Now I'm not the most responsible adult in the world, in fact, sometimes I get pretty immature - we all have our moments. But every once in a while I see things that are plain disrespectful to everyone, breaking our unspoken universal agreement to keep the peace in our day-to-day lives.
Like these people right here. They might be young adults, but right for this article let's just refer to them as children. Because that's what they're acting like, a couple of children, unaware of the courtesy rule that is supposed to lie in our subconscious to mediate our actions. These kids figured it was a great idea to show just how cool they are by sparking a joint in the middle of the metro.
You can smoke weed all you want, but not when you're trapped in a tiny room with other people. I mean seriously, don't pick a place where others can't leave if they're bothered by the smoke. They can't even open a freakin' window. Common courtesy guys, come on.
Public service is the name of the game. If you want to help bring things to the public to find solutions, like how we can report smoking in real-time while in the metro, send us your photos. Look at your city.
The bill was first tabled by Quebec's Minister of Indigenous Affairs, Ian Lafrenière, in December 2020, and it was passed following consultations between the government and Indigenous families in Quebec.
The goal was to meet the needs of Indigenous families while respecting their "culture and language, and also their suffering," according to the ministry.
The ministry also said it hopes "to support families in their quest for truth and also in the healing process."
In 2019, a report by the National Inquiry into Missing and Murdered Indigenous Women and Girls called on the Quebec government to provide Indigenous families with information on children who had been apprehended following admission to a hospital or health centre in Quebec.
How does the new law work?
Once it's implemented on September 21, Bill 79 will give Indigenous families access to personal information from "a health and social services institution, an organization or a religious congregation" about the circumstances surrounding the disappearance or death of children admitted to a health and social services institution in Quebec before December 31, 1992.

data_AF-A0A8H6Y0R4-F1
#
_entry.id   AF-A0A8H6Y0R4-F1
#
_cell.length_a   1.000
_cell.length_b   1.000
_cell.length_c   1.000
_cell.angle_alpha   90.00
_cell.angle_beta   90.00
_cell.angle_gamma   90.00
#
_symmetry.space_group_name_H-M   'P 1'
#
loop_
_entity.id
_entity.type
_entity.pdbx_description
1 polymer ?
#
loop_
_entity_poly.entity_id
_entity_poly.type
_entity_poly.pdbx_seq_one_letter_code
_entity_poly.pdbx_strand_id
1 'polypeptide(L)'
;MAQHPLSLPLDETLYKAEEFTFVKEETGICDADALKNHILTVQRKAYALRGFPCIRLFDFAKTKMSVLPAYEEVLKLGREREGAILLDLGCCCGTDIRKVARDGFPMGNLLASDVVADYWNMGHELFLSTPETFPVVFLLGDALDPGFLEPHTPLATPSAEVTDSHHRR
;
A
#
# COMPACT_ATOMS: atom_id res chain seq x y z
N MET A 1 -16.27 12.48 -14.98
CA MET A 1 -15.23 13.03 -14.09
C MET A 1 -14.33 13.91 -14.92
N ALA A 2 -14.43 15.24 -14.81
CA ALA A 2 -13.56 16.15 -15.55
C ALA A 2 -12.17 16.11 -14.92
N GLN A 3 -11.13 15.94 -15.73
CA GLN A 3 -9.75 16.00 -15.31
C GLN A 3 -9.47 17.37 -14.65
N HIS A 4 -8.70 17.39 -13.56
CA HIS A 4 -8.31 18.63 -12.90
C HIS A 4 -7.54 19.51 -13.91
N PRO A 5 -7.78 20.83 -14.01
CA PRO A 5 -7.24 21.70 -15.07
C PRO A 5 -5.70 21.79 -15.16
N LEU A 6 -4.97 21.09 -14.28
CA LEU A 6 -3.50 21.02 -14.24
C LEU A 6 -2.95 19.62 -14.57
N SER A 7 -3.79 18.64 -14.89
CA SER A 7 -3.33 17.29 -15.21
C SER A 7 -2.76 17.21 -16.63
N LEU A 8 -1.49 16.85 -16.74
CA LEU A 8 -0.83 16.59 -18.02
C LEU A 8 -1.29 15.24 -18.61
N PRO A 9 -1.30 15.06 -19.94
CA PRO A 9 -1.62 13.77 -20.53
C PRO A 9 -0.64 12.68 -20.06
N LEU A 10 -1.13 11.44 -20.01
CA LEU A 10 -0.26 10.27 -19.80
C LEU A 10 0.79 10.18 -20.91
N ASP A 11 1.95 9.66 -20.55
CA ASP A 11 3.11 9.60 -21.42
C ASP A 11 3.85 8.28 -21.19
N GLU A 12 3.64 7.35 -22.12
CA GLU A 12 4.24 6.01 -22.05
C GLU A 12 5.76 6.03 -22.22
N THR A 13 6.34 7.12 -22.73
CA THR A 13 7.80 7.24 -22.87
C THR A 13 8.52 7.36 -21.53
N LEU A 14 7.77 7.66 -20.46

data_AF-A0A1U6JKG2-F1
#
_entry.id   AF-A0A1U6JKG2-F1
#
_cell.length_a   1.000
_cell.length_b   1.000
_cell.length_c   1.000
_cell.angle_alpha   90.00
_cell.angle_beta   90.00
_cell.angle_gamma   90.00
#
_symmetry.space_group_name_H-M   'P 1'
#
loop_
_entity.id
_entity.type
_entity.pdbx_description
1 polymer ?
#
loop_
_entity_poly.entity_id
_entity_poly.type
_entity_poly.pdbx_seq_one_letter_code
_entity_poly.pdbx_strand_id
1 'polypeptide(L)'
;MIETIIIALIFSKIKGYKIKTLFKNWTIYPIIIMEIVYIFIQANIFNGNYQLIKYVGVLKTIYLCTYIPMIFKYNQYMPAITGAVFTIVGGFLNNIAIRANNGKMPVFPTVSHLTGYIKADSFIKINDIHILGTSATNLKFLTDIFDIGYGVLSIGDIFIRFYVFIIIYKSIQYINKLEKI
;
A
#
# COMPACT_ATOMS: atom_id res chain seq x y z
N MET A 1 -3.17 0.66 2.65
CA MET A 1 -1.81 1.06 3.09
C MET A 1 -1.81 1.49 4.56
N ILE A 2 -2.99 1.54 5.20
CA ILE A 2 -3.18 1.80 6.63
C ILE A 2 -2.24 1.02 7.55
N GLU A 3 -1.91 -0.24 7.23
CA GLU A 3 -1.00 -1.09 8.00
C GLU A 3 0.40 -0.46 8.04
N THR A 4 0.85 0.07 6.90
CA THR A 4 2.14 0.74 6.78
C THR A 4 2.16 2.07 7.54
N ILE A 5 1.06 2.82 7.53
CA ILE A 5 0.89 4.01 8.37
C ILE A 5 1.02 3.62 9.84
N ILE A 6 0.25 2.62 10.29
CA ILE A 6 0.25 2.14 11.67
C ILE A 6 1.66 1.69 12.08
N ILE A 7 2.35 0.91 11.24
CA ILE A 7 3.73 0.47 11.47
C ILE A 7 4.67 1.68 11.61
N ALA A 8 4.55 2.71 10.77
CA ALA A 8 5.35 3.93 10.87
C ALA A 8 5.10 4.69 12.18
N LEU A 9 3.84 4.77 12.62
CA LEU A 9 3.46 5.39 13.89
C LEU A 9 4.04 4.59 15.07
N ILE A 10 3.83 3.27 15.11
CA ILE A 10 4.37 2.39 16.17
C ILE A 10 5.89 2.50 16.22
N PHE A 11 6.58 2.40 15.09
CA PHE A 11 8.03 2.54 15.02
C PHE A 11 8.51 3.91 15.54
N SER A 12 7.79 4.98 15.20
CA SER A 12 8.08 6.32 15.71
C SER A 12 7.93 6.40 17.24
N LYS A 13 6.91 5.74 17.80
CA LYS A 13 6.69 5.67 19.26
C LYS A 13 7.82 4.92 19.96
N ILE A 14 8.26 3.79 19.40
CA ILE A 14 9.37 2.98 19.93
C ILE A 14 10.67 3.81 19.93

The government will provide the information through exemptions to Quebec's current laws that prevent disclosing personal information.
Under the new law, Quebec's minister responsible for Indigenous affairs will also have the power to launch an investigation if government information could help Indigenous families, but can't be disclosed because of the province's existing rules on disclosing personal information.
How have Indigenous leaders reacted to the new law?
On June 14, leaders from the Cree Nation said that while the law is an important step to "apologize or begin to compensate for the harm suffered by Indian Residential School survivors," the scope of the law needs to be revised since Indigenous children "were taken and never returned" for reasons beyond medical care in Quebec.
The Cree Nation specified that Quebec's education system was the largest "pretext for the institutionalized abduction of children," and that the school system's absence from Bill 79 means more action is needed.
The Grand Council of the Crees stated that not all Indigenous youth or community members will feel comfortable contacting the Quebec government for help with traumatic events that were associated with "governments they do not feel are their own."
The Council recommended that Quebec put mechanisms in place so Indigenous governments can represent and serve the needs of their own people.
While the event is free, you have to reserve online in advance and you'll be denied entry without a ticket.
You can reserve seats on Ticketmaster 24 hours ahead of the game, with a maximum of four tickets per person. Tickets are only available digitally and printed tickets won't be accepted, so you'll have to show your ticket on your phone.
The whole site accommodates people with restricted mobility, but only Zone C has accessible bathrooms, reserved parking and private access from Rue Saint-Catherine O.
You won't be able to join people in other zones and you must remain in your ticketed zone at all times, so make sure you book the same zone as your friends.